New superintendent comfortable on first-name basis
HAPPY TO BE HERE — So far, Dale Carlson has been comfortable with his decision to take the job as NRHEG Superintendent. (Star Eagle photo by Jim Lutgens)
By JIM LUTGENS
NRHEG’s previous school superintendent, Dennis Goodwin, was a down-to-earth enough guy, but he liked the idea of being called doctor. He felt it was a title he earned, and you respected him for it.
It’s also a title earned by Dale Carlson, NRHEG’s new superintendent, but he’s not a stickler for formalities.
“I hope it’s Dale,” he said. “I’m really more of a first-name kind of person.”
Carlson, 53, comes off as a warm, genuine person, with an easy smile and a Leave It To Beaver upbringing. He’s guiding NRHEG on an interim basis, though he’s not ruling out the possibility of a long-term contract at some point if both sides see fit.
Carlson grew up in Algona, Iowa where he was active in football, wrestling and baseball. He earned a few honors along the way but says, “I’m O.K. just forgetting about that.” He was into band and choir, among other activities. His dad was a Lutheran Minister, his mom a secretary; both have passed away.
“They were perfect parents,” said Carlson. “I was blessed to have had some great opportunities. I had some outstanding experiences growing up.”
Which led to his career choice of education.
“It’s been part of my lifelong mission to provide that and more to thousands of students,” he said.
Carlson was the second of three boys. His older brother is a principal in Wisconsin and his younger brother is a Lutheran minister in Iowa.
After earning his bachelor’s degree in math from Augustana College in Sioux Falls, S.D., Carlson taught and coached wrestling for a year in Mauston, Wis., a year in Houston, Minn., and eight years in LaCrosse, Wis.
It was at Augustana that Carlson met his wife, Sharon, who, like Carlson, is in her 31st year of education, currently teaching the deaf and hard of hearing in the LaCrosse School District. They have two sons, Andrew, a third-year student at Luther College in Decorah, Iowa, and Thomas a high school junior in Holmen, Wis.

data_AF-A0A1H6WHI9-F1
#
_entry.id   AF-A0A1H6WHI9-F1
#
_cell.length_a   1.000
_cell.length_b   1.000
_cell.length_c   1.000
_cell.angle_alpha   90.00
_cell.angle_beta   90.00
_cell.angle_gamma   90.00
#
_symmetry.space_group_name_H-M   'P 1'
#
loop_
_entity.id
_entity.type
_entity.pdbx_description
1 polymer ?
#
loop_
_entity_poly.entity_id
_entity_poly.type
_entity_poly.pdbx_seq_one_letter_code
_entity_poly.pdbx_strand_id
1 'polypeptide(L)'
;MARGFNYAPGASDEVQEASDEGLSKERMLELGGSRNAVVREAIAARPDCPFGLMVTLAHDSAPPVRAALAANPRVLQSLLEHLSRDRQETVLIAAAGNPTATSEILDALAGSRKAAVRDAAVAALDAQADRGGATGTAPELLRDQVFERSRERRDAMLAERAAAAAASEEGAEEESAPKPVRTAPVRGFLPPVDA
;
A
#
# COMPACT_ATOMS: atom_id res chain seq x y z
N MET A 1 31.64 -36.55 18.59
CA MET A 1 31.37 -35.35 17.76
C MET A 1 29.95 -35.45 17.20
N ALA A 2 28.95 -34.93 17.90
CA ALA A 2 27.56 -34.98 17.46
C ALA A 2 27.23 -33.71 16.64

After 10 years of teaching Carlson received his masters in administration from Winona State and, as he put it, took a leap of faith and took an assistant principal position at Parker High School in Janesville, Wis., a town of about 70,000. He was assistant principal for four years and principal for nine before earning his doctorate degree in 2004 from the University of Wisconsin.
It was in 2008 when he started investigating superintendent positions. He found one in Holmen, Wis., a town of about 9,000 with a school district of about 15,000, where he served for seven years.
Why the move to much smaller NRHEG?
“I just decided a few years ago it was time to look at something different, a smaller school district,” he said. “I like the connections, the personal setting. I have about 150 staff members here. I had about 600 in Holmen. It’s just kind of energizing right now to be a part of a smaller community. There are advantages and disadvantages, but the biggest advantages are knowing your employees and making more of a direct impact. This has been a great experience so far. I’m very pleased with the decision. We’ll see what happens.”
Carlson is renting a house up the street from the high school in New Richland while his wife and son remain in LaCrosse. That, he admitted, has been difficult, but his son graduating from Holmen was part of the deal when Carlson came to New Richland.
“So far, a number of the weekends, I travel back to the LaCrosse area,” said Carlson. “And thank goodness for technology. We spend time Facetiming. It doesn’t replace being able to be there, but the last few years have been so busy and, for 20 years, this is the life my sons have known. They understand my commitment is to the community. They understand the commitment and long hours that come with the job.”
Hailing originally from Iowa with a background in Wisconsin, a football fan had to ask Carlson, “Who do you root for on Sunday?”
“I have a little green and gold in my office, and I am proud of my Badgers,” said Carlson. “But I haven’t decked out my office like Mr. Bunn down there.
For hobbies, Carlson enjoys walking, family time, yard work and reading, currently reading Jimmy Carter’s latest book. He’s a 20-year Rotarian and active with his church council.
“I guess it goes back to my parents,” he said. “Boy, did they ingrain the importance of community. Whether it’s church, a service club or whatever, service is so important.”
And what about the future?
“I’m just really not thinking beyond this year right now,” he said. “Whether it’s a year, five years, 10 years, whatever I can do to advance this school district, I will. The board, like me, has been careful in their approach. We want to make sure it’s a good fit.”